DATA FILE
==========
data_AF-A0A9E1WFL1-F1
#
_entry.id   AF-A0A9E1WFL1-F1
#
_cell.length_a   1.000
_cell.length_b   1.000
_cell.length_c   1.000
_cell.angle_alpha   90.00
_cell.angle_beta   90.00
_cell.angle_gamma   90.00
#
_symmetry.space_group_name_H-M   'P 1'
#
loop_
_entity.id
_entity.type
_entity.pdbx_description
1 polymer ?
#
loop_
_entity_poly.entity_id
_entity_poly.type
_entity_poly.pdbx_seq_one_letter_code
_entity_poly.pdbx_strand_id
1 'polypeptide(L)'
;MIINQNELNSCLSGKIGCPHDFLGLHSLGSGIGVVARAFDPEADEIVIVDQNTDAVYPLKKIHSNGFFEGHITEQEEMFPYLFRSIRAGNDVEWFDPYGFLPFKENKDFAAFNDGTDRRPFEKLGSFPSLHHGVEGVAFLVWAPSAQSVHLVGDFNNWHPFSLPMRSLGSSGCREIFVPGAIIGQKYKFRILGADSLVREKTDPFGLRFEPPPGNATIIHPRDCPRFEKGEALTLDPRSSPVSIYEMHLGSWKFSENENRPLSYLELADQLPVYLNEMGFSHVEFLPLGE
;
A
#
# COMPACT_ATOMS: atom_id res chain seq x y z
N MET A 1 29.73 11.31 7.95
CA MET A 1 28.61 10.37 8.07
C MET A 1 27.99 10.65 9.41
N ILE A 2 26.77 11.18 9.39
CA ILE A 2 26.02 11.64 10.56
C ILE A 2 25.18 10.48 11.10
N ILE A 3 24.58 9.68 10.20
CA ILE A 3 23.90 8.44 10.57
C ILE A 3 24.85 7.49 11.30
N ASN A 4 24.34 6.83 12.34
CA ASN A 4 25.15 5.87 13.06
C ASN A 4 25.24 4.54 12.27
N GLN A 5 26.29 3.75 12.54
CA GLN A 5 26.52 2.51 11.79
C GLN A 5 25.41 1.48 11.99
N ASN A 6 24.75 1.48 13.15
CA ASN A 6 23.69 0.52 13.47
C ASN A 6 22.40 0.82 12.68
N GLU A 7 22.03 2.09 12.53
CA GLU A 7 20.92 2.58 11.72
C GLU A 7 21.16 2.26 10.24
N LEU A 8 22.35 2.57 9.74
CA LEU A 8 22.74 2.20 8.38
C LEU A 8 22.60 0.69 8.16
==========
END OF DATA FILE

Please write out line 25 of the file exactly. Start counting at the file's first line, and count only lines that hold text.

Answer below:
1 'polypeptide(L)'